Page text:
The purpose of the paper is to examine the effectiveness of a six-week, culturally sensitive, church-based health-promotion intervention in increasing nutrition label health literacy and health-promoting behaviors (i.e., healthy eating, healthy drinking, and physical activity) and improving weight and blood pressure among Black adults. Study participants are a sample of 321 Black adult churchgoers (N = 321) who were divided between an intervention group (N = 172) and a wait-list control group (N = 149). The health-promotion intervention program is informed by Health Self-Empowerment Theory. At post-test, the participants in the intervention group demonstrated significantly greater increases in nutrition label health literacy, overall level of engagement in health-smart behaviors, and levels of engagement in two specific health-smart behaviors (i.e., healthy eating and healthy drinking) compared with those in the wait-list control group. Implications of these findings for future similar health-promotion intervention programs and research are discussed.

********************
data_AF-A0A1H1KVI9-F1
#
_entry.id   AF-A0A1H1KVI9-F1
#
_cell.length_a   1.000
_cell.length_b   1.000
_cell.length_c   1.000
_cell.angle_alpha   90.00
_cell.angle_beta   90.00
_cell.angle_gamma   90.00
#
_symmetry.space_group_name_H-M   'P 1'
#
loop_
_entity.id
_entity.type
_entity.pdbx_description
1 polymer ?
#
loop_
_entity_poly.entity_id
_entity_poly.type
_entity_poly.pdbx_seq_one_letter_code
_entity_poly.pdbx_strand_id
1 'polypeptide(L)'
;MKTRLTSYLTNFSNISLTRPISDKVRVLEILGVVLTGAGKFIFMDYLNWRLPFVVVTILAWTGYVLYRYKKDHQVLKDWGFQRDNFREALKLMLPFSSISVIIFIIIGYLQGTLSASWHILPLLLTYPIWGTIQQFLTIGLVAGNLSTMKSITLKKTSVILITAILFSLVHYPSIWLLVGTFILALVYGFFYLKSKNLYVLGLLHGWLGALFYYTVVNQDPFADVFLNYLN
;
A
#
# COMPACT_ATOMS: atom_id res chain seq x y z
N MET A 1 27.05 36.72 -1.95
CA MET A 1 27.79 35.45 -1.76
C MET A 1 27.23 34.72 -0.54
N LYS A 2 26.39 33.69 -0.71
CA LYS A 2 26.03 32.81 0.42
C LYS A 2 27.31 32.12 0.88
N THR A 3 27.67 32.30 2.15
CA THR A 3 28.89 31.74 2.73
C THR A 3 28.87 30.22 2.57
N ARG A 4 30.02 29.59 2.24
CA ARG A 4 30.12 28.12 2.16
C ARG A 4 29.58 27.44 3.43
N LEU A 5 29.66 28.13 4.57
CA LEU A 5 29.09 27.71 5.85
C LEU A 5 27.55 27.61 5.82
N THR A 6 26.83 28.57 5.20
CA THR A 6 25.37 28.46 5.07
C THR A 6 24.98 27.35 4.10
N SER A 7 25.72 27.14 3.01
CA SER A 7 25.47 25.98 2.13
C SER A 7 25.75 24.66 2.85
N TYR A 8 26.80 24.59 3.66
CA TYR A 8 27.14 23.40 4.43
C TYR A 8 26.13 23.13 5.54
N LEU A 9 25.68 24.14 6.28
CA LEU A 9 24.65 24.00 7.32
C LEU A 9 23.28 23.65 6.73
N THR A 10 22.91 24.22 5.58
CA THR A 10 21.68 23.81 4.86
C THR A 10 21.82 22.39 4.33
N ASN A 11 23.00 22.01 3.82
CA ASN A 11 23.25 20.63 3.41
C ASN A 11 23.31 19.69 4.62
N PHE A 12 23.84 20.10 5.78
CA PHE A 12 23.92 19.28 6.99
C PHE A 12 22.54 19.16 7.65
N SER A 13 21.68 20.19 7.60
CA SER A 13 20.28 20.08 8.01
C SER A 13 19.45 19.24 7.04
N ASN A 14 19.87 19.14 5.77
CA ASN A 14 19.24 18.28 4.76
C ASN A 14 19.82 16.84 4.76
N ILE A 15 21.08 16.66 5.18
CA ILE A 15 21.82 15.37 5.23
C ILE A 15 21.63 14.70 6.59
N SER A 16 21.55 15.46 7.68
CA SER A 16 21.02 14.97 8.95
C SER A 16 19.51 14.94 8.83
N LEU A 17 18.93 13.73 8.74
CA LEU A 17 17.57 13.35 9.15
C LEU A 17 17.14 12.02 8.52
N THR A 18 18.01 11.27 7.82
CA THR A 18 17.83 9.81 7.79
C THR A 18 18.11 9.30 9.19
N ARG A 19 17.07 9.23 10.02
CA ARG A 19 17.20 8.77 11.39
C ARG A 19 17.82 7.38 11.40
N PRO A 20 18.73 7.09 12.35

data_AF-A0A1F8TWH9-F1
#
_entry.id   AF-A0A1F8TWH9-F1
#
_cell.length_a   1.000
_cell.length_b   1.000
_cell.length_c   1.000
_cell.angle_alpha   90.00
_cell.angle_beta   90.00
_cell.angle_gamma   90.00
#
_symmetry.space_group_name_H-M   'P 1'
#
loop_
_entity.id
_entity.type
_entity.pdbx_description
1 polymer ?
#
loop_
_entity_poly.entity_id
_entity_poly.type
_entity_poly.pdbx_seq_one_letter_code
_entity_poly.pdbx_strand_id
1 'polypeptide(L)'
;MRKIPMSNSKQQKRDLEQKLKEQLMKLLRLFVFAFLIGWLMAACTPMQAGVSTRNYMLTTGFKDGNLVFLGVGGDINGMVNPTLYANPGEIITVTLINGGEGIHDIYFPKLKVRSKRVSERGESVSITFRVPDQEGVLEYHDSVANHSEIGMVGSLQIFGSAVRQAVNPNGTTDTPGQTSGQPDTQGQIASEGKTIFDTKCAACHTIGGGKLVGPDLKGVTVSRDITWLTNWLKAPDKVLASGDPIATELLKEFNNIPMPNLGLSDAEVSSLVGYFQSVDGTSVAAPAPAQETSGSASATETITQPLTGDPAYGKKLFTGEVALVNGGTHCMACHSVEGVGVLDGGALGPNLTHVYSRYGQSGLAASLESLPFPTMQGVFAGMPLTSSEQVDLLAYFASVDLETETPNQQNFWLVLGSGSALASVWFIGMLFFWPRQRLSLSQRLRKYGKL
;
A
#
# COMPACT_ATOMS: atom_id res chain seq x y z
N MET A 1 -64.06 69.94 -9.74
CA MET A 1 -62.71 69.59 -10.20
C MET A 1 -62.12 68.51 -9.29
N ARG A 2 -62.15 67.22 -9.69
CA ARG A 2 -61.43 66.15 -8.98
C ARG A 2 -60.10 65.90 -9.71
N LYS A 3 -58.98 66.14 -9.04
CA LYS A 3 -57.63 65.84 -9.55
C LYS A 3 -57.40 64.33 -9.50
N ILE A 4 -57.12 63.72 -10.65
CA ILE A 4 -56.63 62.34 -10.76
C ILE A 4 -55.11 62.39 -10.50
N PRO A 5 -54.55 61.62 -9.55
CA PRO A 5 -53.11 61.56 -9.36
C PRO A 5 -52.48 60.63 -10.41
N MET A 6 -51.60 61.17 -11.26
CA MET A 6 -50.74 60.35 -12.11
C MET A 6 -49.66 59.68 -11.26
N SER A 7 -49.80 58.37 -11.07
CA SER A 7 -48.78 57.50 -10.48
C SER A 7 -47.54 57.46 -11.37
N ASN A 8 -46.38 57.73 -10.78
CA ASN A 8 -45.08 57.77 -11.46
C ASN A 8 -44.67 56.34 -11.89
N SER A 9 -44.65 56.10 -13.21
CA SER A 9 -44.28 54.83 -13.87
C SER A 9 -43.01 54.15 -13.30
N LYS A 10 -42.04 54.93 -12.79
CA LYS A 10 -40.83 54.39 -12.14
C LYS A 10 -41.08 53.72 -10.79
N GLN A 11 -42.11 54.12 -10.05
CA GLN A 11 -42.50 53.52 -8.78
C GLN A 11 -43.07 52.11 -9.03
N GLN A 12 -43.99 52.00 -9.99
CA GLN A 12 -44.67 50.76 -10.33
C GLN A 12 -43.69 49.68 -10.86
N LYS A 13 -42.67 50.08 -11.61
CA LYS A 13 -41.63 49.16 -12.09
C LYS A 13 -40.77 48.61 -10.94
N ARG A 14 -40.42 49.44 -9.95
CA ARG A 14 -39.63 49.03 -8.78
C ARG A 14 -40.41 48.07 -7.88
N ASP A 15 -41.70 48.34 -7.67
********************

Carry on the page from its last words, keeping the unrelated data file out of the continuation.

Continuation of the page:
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pp. 80-101
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